Some Adcoms are designed (or consulted with) Nelson Pass. It's my understanding, however, that John Curl is very involved with many (most?) of the Parasound designs. The Halo series gets good press everywhere and the P3 and A23 preamp and amp from the Halo line are pretty affordable.
I haven't have much experience with the latest NADs, but some refer to them as the "poor man's McIntosh" and they have certainly been racking up some great reviews in the audiophile press.
Also +1 on finding used Bryston or Classe that you can afford.
I have an Adcom 5-channel amp in my HT from their now-defunct FAT series. It's a wide bandwidth MOSFET amp and I like the way it sounds and behaves a lot. With really good speaker cables it sounds like a much more expensive rig. Adcom still makes a high current 200 wpc 2-channel wide bandwidth (3-130 KHz) MOSFET amp in the GFA-5500. These can be had new for less than a grand.
Another approach may be to get the Adcom GFA-7605, a 5x125 wpc amp. Bi-amp your speakers and let the amp's center channel go idle. It'll give you 250 total watts per speaker.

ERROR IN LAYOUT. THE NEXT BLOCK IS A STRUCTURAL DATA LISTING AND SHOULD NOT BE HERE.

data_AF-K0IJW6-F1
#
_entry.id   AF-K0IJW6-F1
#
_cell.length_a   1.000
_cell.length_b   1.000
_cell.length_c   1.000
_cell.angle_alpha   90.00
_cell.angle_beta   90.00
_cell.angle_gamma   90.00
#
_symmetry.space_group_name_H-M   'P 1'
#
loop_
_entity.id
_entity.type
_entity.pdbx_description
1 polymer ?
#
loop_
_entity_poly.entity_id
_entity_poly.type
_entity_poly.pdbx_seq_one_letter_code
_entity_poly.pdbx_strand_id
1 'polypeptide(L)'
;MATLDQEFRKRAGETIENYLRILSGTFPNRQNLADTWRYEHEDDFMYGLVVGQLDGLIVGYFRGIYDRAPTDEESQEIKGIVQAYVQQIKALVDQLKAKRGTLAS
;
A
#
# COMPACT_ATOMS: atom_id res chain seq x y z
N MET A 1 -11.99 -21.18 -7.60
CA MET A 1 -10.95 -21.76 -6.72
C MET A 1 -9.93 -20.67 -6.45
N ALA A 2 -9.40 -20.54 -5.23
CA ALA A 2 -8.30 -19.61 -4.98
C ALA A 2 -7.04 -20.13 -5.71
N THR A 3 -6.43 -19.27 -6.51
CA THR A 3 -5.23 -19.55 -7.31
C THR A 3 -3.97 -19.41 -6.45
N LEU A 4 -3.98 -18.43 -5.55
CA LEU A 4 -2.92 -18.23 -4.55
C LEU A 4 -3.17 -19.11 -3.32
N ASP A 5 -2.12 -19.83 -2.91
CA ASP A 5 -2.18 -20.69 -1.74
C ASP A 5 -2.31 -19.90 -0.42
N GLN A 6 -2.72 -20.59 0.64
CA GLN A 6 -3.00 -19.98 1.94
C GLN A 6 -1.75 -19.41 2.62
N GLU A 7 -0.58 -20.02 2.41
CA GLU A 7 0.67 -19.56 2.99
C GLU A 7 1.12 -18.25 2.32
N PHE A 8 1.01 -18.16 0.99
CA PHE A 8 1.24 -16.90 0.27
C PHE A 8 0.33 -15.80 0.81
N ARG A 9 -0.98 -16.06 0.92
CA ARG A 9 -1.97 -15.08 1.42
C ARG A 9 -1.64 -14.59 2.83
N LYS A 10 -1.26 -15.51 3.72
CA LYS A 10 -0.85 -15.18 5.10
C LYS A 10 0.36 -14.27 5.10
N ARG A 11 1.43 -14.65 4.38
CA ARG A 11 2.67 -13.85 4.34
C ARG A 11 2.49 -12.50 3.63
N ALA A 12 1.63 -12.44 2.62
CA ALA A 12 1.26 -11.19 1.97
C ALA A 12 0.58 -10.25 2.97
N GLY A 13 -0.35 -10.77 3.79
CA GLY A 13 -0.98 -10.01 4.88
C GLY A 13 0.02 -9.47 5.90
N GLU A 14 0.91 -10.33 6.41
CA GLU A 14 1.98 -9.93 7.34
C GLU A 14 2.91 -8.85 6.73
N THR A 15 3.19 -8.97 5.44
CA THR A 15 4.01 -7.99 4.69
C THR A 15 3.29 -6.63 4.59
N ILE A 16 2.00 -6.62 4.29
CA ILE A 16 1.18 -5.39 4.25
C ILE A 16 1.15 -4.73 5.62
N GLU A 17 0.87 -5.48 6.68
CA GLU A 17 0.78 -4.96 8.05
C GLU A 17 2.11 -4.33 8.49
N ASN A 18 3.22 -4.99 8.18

Regardless of amp choice you should probably factor in bi-wiring for this level of B&W; most reviews recommend it and it's my understanding that their complex crossovers with multiple crossover slopes do better with bi-wiring.
So maybe you'll save up for a dream amp later when you can afford one. You can take the time to audition products from Ayre, McIntosh, Bryston, Classe, etc. and find the amp that really makes the 802's sing. In the meantime you still need a decent amp that will drive the 802's properly and keep you within budget.
If the review buzz for the Odyssey Audio Khartago is even half true, this may be the interim amp for you. Here are some reviews: TAS, Soundstage, Enjoythemusic, Goodsound.